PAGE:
Commission on Crime Prevention and Criminal Justice (Addition)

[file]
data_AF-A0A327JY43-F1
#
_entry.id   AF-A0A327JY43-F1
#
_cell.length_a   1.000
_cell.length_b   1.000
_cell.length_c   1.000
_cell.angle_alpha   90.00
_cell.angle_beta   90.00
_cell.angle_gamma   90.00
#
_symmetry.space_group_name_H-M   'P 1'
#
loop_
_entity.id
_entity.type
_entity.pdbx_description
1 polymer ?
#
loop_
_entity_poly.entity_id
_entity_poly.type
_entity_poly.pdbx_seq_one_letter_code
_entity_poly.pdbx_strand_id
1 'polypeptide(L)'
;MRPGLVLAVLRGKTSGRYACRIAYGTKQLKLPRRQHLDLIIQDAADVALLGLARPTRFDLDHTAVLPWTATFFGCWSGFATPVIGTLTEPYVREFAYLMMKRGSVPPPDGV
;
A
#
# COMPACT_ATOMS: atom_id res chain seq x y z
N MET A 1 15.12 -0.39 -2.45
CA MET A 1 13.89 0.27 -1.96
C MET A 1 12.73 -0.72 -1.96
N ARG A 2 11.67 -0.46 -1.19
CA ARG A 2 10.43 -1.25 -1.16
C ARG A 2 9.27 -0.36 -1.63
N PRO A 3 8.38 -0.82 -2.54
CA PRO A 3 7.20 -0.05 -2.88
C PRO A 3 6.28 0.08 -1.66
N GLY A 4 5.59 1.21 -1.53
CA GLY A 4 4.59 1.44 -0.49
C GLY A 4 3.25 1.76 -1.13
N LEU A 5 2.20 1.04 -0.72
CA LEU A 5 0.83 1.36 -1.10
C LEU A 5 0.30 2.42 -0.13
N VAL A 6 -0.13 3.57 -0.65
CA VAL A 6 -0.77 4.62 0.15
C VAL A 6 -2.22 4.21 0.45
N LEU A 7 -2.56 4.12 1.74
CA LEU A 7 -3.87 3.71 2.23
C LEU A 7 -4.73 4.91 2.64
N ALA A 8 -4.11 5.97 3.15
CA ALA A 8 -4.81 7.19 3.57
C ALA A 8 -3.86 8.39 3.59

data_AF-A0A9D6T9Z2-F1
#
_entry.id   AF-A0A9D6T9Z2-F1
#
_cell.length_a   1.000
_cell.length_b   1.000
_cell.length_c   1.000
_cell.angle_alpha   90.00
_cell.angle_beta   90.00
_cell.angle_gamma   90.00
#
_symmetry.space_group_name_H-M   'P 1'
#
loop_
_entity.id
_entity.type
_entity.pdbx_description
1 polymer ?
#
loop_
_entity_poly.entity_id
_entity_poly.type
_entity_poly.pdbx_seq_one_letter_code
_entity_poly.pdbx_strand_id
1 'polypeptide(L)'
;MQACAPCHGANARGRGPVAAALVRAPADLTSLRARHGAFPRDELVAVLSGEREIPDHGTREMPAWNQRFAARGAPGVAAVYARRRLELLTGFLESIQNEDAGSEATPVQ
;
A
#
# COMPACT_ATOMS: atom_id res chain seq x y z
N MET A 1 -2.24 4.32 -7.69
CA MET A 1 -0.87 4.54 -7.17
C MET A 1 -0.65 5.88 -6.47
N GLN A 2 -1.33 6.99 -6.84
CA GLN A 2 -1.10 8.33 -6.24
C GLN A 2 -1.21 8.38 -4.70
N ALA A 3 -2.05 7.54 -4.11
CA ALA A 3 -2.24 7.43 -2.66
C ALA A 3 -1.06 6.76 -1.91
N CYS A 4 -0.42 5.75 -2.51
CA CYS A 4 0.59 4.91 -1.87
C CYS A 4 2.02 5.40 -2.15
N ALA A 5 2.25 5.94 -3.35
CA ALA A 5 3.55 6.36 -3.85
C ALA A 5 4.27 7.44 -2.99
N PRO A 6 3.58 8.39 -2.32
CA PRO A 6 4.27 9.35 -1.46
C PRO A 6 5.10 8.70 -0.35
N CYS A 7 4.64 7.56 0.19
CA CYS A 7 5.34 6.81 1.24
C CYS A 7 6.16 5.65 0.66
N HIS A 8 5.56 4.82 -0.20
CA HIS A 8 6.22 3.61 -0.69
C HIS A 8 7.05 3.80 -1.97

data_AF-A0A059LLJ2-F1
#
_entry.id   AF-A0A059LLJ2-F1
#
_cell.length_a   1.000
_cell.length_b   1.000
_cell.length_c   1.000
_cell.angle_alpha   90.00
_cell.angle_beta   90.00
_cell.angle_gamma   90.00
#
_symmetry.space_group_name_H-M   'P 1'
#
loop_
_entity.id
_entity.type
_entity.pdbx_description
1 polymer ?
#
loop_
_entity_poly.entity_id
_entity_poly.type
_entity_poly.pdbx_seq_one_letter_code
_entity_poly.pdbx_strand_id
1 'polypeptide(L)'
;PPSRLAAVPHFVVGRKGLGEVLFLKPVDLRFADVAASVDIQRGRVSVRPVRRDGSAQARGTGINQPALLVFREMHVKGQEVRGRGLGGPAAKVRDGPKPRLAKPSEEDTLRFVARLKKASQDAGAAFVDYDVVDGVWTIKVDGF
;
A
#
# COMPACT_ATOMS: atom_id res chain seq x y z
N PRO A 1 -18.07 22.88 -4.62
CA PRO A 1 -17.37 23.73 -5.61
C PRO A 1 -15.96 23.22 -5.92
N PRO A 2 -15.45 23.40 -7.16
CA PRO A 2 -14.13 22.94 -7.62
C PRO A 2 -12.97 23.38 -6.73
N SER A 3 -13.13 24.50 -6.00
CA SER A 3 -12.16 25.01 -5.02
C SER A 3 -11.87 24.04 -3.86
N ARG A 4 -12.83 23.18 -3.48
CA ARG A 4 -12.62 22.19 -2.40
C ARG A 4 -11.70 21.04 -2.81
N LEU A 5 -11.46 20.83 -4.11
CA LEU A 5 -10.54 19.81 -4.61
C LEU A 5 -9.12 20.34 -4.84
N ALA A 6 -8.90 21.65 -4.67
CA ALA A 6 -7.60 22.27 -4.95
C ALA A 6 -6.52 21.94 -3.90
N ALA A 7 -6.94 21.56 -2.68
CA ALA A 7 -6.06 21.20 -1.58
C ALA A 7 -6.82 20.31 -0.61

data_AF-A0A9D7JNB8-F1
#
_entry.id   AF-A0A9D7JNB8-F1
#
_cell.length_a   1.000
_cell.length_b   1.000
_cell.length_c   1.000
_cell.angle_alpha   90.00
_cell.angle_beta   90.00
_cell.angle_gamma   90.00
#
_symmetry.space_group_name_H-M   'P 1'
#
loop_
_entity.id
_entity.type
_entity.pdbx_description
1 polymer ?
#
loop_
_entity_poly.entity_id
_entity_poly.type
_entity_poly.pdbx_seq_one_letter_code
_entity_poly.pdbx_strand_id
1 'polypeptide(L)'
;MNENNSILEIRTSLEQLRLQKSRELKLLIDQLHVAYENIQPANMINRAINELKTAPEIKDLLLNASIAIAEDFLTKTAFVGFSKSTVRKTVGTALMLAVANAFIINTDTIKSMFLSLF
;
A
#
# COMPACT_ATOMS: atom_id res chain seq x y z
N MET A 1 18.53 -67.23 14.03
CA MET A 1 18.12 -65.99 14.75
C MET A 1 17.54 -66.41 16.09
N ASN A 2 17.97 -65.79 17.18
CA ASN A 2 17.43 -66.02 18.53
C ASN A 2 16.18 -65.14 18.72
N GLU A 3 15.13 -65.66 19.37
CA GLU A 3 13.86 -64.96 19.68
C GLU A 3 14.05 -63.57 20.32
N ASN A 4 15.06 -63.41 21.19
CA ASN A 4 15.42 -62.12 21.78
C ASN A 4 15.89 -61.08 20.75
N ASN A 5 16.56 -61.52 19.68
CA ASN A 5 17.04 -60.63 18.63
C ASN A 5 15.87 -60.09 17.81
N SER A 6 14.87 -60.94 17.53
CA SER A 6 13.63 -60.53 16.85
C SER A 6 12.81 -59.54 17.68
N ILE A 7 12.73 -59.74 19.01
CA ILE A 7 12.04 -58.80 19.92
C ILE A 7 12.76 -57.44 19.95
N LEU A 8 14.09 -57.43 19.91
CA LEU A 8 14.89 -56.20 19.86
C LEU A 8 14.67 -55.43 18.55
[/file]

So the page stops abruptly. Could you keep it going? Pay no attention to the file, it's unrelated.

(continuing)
Addition to the note on the contribution of the Commission on Crime Prevention and Criminal Justice to the 2016 High-level Political Forum on Sustainable Development on "Ensuring that no one is left behind"In addition to the substantive contribution to the 2016 High-level Political Forum on Sustainable Development on “Ensuring that no one is left behind”, submitted by the Chair of the twenty-fifth session, H.E. Mr. Friedrich Däuble, on 23 May 2016, an addendum to this contribution is herewith submitted, reflecting the Commission’s deliberations conducted during its 25th session, held from 23 to 27 May 2016. As highlighted in its contribution, the Commission on Crime Prevention and Criminal Justice (CCPCJ) has since its establishment been contributing to the commitments, focus and policy developments of successive international development agendas. CCPCJ’s work has become even more relevant with the 2030 Development Agenda, giving Member States an effective, proven, consensus- based forum to engage in discussions on gaps and lessons learned, providing thereby a platform to improve the coherence of policy and to ensure that policy is based on the rule of law and integrity which positively influences outcomes across the development agenda. In the same line Member States deliberations during the 25th session of the CCPCJ further highlighted key areas of CCPCJ’s work in “ensuring that no one is left behind”. The importance of effectively working together towards the timely achievements of SDGs by governments, international organizations, civil society, the private sector and other relevant stakeholders was noted. The role of the Commission on Crime Prevention and Criminal Justice in ensuring that States meet the ambitious goals that had been set and ensure that “no one is left behind” was highlighted during the 25th session of the Commission. It was also noted that, while the Commission was the leading policy-making body for crime prevention and criminal justice issues within the UN system, other bodies could contribute to implementing the 2030 Agenda, in particular to the anti-crime objectives, within their mandates. Many speakers for example provided information on action taken by their countries to implement the Doha Declaration and noted UNODC’s important role in supporting Member States in the delivery of their commitments in line with the Doha Declaration. Several speakers emphasized the importance of maintaining the momentum of the 13th Congress, and noted that the theme of the 14th Congress could focus on the implementation of the 2030 Agenda for Sustainable Development. It was further noted that issues such as education, international cooperation, culture of lawfulness and public participation could be given prominence at the next Congress. Another important element of access to justice and the rule of law is, as outlined in the CCPCJ contribution, the treatment of prisoners – pretrial (non-sentenced) detainees as well as sentenced persons. In this regard, several speakers commended the efforts undertaken in connection with the revised Standard Minimum Rules for the Treatment of Prisoners and their adoption as the United Nations Standard Minimum Rules for the Treatment of Prisoners (the Nelson Mandela Rules) by the General Assembly in 2015 and welcomed the fact that recent international human rights instruments and best practices were reflected in the Nelson Mandela Rules and pledged support to the UNODC programme on addressing global prison challenges. Many speakers shared information on their efforts to implement the standards and norms, including the Nelson Mandela Rules, the United Nations Rules for the Treatment of Women Prisoners and Non-custodial Measures for Women Offenders (the Bangkok Rules), and the United Nations Principles and Guidelines on Access to Legal Aid in Criminal Justice Systems. On the specific needs of women and children – in “ensuring that no one is left behind” some speakers stressed the importance of preventing and addressing violence against women, and shared information on their efforts in this regard. The importance of preventing and addressing violence against children was emphasized and States were encouraged to implement the United Nations Model Strategies and Practical Measures on the Elimination of Violence against Children in the Field of Crime Prevention and Criminal Justice through the Global Programme on Violence against Children. As already mentioned in the CCPCJ’s contribution, dated 23 May 2016, corruption and transnational organized crime can have a devastating impact on many aspects of the economy including the ability to finance a budget and to create a safe and sound private sector capable of stimulating domestic demand and employment. At the 25th session of the CCPCJ, several speakers noted that transnational organized crime posed a threat to human rights and to the security, stability and development of States. The wide ratification of the Organized Crime Convention and its Protocols was welcomed and speakers called on States to fully implement those instruments. Speakers emphasized the crucial role that international cooperation played in effectively combating transnational organized crime and called on States to strengthen such cooperation, including at the regional, sub-regional and bilateral levels. It was noted that UNODC technical assistance activities and tools supported Member States in combating transnational organized crime. Several speakers underlined the importance of protecting the victims of trafficking in persons and of the smuggling of migrants, especially women and children and other vulnerable members of society. Speakers emphasized that concerted efforts among all States were needed to effectively tackle those crimes and to respond to the crisis in the Mediterranean. Speakers highlighted other issues of concern, including drug trafficking, trafficking in firearms, terrorism, foreign terrorist fighters, cybercrime, the use of the Internet for terrorist purposes, illicit trafficking in cultural property, money-laundering and wildlife and forest crimes. Several speakers emphasized the importance, relevance and results of UNODC technical cooperation programmes and requested UNODC to ensure close cooperation with other UN entities in its activities relating to the implementation of the 2030 Agenda for Sustainable Development and the SDGs. Reference was made to the need to integrate data collection, analysis and related policy formulation into UNODC’s programming and work on Goal 16. As highlighted in the Commission’s contribution, dated 23 May 2016, “ensuring that no one is left behind” is considered a basic objective of justice and the Commission has, through the gathering of expertise and its ability for consensus-building on the basis of data and evidence, consistently strengthened the international normative framework related to countering the destabilising effects of organized crime, corruption, violence, smuggling of migrants, trafficking of human beings, drugs and firearms, illicit financial flows, cybercrime, wildlife crime, terrorism and piracy. During the 25th session of the CCPCJ, a presentation was made by the Secretariat on the “World crime trends and emerging issues and responses” (attached). In this regard, several speakers at the 25th session of the CCPCJ stressed the importance of reliable and comparable data on crime and criminal justice for the formulation of evidence-based policies and welcomed the activities of UNODC in further developing statistical instruments and analysis within the framework of Economic and Social Council resolution 2013/37, entitled “Improving the quality and availability of statistics on crime and criminal justice for policy development”. A number of speakers also referred to the importance of aligning the United Nations Survey of Crime Trends and Operations of Criminal Justice Systems with the International Classification of Crime for Statistical Purposes and called for targeted support, technical assistance and guidance in the implementation of the International Classification, as well as for monitoring progress with respect to relevant indicators of the Sustainable Development Goals, including indicators under Goal 16. Reference was made in this regard to the work already undertaken by UNODC in providing normative frameworks, technical assistance and capacity-building and to the important role played by UNODC in helping gather and analyse comparable and reliable information on international crime trends and responses to crime. In this regard, reference was also made to UNODC’s role as the custodian and secretariat of the International Classification of Crime for Statistical Purposes. A number of speakers referred to the importance of improving analysis and data on a number of transnational organized crime threats, including trafficking in drugs, wildlife, timber and cultural property, counterfeiting products and medicines, smuggling of precious metals and illegal fishing and mining. In its efforts to “Ensuring that no one is left behind” the Commission also addresses wildlife crime, targeting selected wildlife species most affected by illicit trafficking. In this context, several speakers during the Commission’s session reiterated that wildlife and forest crime was a sophisticated transnational organized crime with security, environmental, social, health and economic dimensions. UNODC was called on to continue providing technical assistance to States. Support was expressed for General Assembly resolution 69/314 on tackling illicit trafficking in wildlife and the first UNODC World Wildlife Crime Report. Some speakers highlighted the need to promote livelihoods for communities affected by wildlife crime and recognized the links of that issue to achieving the Sustainable Development Goals. Reference was further made to the threat posed by transnational fisheries crime to security, the environment and the economy, and to two UNODC expert group meetings on fisheries crime and transnational crime at sea held in 2016. UNODC was encouraged to continue engaging stakeholders in combating transnational organized fisheries crimes in areas such as data analysis, legal frameworks and international cooperation and coordination, with a focus on associated crimes including fraud, corruption and money-laundering. The negative impact of maritime crime on the world’s economy was stressed, as was the need for States and organizations to cooperate in a coordinated response. In this regard, the work of the UNODC Maritime Crime Programme was highlighted. More detailed information will be contained in the report of the 25th session of the Commission on Crime Prevention and Criminal Justice, which will be published in due course (future E/2016/30 - E/CN.15/2016/13) on the website of the Commission www.unodc.org.